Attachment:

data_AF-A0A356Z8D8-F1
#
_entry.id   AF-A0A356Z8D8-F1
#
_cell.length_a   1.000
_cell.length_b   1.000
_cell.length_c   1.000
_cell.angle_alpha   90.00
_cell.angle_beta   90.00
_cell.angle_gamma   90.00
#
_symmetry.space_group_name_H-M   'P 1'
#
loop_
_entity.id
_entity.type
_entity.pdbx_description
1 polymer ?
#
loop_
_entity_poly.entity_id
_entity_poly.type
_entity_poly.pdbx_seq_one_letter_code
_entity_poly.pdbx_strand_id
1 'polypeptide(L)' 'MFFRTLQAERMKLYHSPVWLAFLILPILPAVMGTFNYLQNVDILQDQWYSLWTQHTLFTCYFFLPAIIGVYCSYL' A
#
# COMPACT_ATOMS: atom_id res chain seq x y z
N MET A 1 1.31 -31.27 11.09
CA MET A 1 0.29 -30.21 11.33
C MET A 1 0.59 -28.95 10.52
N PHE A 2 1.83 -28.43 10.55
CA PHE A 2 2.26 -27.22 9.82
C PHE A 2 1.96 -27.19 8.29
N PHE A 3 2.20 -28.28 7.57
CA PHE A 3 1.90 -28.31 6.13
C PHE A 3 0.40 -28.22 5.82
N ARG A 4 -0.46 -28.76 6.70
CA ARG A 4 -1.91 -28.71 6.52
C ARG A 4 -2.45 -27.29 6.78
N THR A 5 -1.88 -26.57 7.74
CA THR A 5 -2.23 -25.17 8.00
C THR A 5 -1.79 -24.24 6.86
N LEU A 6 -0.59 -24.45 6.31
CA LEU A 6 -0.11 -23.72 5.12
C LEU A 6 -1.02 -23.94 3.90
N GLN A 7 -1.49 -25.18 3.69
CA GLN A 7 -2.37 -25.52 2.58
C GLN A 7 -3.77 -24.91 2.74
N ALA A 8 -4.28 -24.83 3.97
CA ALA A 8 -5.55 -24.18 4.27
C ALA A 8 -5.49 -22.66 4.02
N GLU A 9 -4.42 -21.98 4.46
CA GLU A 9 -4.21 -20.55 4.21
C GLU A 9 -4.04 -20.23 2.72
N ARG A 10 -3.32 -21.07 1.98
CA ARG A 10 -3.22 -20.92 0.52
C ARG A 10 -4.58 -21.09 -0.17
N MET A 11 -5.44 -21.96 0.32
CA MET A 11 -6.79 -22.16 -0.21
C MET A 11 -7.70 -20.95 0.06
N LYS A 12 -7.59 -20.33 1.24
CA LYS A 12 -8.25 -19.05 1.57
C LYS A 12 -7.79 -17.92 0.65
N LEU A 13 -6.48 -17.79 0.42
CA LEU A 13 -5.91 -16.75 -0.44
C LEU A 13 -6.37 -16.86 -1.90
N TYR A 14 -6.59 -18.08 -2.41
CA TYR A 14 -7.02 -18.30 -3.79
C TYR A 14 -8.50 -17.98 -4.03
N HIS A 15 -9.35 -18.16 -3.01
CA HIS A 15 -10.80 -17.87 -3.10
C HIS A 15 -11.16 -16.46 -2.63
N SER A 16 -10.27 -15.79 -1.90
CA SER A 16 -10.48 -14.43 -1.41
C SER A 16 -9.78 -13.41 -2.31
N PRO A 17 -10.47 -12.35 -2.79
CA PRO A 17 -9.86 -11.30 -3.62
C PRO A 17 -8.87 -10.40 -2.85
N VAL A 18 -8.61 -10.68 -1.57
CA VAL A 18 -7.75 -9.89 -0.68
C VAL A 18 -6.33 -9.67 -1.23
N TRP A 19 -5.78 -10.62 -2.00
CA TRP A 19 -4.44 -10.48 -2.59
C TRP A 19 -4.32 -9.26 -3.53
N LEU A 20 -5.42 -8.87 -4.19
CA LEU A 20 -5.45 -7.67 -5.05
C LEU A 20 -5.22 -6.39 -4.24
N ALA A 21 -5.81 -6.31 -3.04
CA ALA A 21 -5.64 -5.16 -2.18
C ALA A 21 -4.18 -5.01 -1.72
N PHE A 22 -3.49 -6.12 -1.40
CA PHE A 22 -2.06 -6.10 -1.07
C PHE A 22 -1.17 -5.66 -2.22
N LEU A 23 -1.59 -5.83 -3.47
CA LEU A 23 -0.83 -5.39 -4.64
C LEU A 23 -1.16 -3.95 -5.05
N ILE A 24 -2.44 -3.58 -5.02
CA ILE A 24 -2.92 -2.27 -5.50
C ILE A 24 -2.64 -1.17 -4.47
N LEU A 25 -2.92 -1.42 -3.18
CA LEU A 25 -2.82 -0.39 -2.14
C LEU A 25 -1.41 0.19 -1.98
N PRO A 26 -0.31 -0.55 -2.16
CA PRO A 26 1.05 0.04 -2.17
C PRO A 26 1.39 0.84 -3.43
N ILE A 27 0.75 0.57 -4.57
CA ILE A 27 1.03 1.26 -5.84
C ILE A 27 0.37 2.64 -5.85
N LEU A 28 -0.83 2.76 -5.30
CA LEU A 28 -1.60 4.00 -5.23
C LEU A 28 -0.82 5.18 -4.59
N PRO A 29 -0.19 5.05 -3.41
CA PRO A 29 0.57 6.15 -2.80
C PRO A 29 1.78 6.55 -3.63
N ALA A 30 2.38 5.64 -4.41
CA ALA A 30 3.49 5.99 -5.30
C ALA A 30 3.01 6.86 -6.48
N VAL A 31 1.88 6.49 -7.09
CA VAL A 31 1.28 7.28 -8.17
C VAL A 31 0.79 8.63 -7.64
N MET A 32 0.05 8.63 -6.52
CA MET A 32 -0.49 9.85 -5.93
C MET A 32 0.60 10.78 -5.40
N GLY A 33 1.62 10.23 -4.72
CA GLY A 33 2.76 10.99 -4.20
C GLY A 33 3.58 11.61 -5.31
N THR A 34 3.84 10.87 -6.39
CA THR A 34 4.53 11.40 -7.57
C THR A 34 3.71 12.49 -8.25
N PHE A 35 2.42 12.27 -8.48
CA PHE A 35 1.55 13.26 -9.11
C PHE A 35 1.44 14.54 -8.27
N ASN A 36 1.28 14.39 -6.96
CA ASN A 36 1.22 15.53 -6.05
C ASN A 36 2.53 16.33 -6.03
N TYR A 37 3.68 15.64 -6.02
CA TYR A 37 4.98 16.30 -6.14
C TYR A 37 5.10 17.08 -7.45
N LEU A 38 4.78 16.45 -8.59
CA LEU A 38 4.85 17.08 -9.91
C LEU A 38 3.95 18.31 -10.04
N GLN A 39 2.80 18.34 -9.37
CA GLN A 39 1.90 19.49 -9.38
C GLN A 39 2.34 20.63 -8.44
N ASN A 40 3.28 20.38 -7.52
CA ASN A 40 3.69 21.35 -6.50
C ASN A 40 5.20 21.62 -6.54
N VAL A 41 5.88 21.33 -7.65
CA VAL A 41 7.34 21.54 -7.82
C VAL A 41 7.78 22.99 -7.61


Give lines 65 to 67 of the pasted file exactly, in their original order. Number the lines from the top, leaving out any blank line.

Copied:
CA LEU A 13 -5.91 -16.75 -0.44
C LEU A 13 -6.37 -16.86 -1.90
N TYR A 14 -6.59 -18.08 -2.41